There's a problem with Solaris and Sun knows it. The installation experience of Solaris (along with other areas) could be greatly improved. The installer doesn't "suck" as it's easy and known to Solaris administrators, but for a Linux or Windows user it could prove to be a bit challenging. In the Linux world it's no longer a challenge to install a Linux distribution on your hard drive, especially with the excellent work that the Ubuntu team has done in improving the user experience for a desktop installation. However, in this time while Linux has become just as easy to install as Microsoft Windows (if not easier), Solaris has not really evolved to make the experience easier and attractive to potential customers. After Ian Murdock had joined Sun earlier this year he had begun to expose these weak points about Solaris and how he wants to make sure that Solaris is the "better Linux than Linux" through Project Indiana. Ian views these existing problems of the installation and packaging experience as a "usability gap", which he hopes to address. Over time we have found out that Ian's Project Indiana will be an OpenSolaris distribution that combines the best out of the Solaris and Linux worlds. This distribution will be licensed under the GPLv3, of course. For those of you that have never tried out Solaris, what we've decided to do is to show you this "usability gap" with the installation process in Solaris compared to Linux. Is the experience really that bad?
The thing that really threw me with the Solaris Express Edition installation was the inability to customize the package selection.
My first (and so far only) attempt at a Solaris install was to set up a VM so I could explore cool technologies like ZFS and dtrace. Yet I had no choice but to install the NetBeans IDE, Sun Java Desktop, CDE, at least two Java servers (Tomcat and Sun J2EE I think) and god-only-knows what else. It left me with a feeling that Sun was using Solaris to try and push their full Java development stack onto me.
The virtual disk size directly after install was bigger than windows XP (something like 6GB) and I got rid of it rather quickly to free up some space.
Is there any "hidden" way to customize installed packages that I somehow missed? I didn't see any indication of this in your article either.
Hopefully either Nexenta or Project Indiana fix problems like this. I finally understand the quote (paraphrased) "Solaris has an awesome set of technologies -- now if only someone would create an OS out of it".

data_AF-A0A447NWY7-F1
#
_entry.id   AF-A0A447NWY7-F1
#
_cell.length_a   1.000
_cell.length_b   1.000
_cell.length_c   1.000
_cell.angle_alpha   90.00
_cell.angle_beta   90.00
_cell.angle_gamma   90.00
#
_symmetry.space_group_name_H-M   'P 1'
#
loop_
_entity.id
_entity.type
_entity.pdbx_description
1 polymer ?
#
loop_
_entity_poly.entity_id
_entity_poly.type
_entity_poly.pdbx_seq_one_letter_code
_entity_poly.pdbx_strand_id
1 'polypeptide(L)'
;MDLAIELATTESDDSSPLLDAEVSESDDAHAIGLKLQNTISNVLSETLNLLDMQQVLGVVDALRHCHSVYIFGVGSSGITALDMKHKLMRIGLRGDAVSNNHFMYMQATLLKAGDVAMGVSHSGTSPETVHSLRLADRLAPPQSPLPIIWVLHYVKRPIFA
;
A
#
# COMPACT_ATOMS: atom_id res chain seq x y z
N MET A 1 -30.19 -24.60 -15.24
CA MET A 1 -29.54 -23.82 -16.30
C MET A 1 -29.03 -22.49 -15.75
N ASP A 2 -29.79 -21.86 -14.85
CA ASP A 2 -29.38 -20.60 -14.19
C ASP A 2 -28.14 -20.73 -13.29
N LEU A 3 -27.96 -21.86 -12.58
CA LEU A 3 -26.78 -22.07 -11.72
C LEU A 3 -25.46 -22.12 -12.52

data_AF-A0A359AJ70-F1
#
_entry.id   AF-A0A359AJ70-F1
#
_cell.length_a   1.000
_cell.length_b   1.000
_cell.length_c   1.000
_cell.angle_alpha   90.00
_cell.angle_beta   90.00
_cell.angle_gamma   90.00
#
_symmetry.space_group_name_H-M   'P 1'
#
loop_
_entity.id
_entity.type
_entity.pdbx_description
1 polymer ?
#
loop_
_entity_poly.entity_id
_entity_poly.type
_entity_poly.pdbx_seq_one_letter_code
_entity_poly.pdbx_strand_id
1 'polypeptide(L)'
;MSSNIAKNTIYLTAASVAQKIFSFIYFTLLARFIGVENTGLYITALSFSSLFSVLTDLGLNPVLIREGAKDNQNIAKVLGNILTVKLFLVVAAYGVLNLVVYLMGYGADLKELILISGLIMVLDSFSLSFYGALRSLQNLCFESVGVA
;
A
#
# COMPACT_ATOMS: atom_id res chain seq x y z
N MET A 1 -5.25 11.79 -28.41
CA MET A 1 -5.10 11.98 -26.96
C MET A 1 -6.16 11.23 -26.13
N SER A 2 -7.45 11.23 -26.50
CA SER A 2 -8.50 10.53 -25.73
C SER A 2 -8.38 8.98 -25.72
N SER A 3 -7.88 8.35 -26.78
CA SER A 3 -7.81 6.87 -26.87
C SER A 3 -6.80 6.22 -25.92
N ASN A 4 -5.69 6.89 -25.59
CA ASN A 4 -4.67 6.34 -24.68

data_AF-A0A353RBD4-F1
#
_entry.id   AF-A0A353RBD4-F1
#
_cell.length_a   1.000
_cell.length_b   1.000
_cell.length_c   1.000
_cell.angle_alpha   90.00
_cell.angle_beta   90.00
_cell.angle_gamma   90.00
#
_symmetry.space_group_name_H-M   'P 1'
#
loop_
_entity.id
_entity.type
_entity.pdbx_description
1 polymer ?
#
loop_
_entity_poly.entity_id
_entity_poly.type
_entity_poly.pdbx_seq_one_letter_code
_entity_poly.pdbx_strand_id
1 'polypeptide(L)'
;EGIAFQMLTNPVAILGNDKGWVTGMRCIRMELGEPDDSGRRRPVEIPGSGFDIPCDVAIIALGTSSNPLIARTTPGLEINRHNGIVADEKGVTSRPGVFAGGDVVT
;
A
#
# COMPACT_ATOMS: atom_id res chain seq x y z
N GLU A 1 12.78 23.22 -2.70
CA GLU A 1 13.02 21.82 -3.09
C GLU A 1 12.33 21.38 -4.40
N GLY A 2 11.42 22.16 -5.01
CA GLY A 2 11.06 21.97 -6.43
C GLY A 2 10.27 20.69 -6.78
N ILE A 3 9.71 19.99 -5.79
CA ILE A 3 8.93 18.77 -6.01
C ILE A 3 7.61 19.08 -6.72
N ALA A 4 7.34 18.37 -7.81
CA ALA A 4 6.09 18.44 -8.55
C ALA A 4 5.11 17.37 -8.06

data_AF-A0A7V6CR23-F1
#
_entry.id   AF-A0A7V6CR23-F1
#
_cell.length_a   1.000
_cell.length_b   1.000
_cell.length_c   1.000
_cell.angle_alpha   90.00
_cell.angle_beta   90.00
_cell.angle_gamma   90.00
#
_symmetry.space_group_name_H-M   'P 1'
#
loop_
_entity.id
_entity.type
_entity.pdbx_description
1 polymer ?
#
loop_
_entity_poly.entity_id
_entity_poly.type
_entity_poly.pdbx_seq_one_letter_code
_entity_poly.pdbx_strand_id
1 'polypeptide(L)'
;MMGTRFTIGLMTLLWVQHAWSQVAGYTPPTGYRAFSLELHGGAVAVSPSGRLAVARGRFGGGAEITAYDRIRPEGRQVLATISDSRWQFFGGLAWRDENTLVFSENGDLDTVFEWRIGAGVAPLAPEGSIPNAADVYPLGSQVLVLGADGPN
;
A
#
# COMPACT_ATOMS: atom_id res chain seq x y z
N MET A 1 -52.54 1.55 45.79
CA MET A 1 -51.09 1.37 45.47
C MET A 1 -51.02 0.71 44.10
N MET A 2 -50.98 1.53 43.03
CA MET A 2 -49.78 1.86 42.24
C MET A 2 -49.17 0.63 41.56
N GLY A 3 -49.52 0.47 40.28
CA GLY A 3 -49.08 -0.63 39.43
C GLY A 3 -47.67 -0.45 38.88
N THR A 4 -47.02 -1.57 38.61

Yes, the installer sux big time. Its known and its worked on.But!
The reasons that you showed are not really my concern. I dont care about pretty pictures or if the size of a package is displayed at the time it is installed, i care about that it works.
Atm i can only recommend "entire group plus oem". You might want to get ride of StarOffice, but thats it. If you dont know the system, dont edit anything at this time, serious. Dependencies are some how atm a real issue.
Back to the installer and what really sucks about it.
Its based on installing SVR4 packages, adding them all to a package database etc. On my laptop thats about 1172 packages with about 60-80 of those third party packages.
While installing a single SVR4 package those not take that long, installing the whole base system in these way is just madness.
On this you have to know that in the classic deployments for solaris a dvd/cd installation is not a common rollout method. You most likely will have Jumpstart server from that you will install a pre modified version via network. This will decrease the installation time drastic!
The most pressing issue for me is that the installer is not ZFS aware jet. This prevents easy upgrades of systems with zones on zfs etc. It also will need a new installer to install a system on zfs root.
Though I'm 98% Solaris Sparc-based I have to agree about the GUI installation on PCs. It's pretty simple and bla!
But remember, the roots of Solaris don't come from an x86 platform, but Sparc. Sparc-based architectures have always provided a simple, yet very powerful way of installing software and generally communicating with the OS. The serial port.
I find it extremely convenient to "tip" into the serial port using a laptop or another machine, not only install from CD, but get right down to the PROM (BIOS) level of a Sparc box if needed. That's a great feature too.
This serial capability even comes in handy with non-sparc based architectures, like Engenera BladeFrames (http://www.egenera.com). Once again, I can install Solaris, Redhat, or even Windows 2003 using a "simple" text base installation via my favorite web-browser. "I don't need no stinky GUI".
And remember, Solaris is continuing to move out of the "enterprise" and in the hands of regular cool PC-junkies.
Hopefully in time, if it's really necessary, the installation screens will get better, as long as there's always an ACSII-based option, which there will be.
What's more, I can take the same installation DVD I use to install my little Sparc workstation and use it to install my $1,000,000 SunFire 15K server with 48 CPUs. Now that's pretty cool. No "additional" licensing required.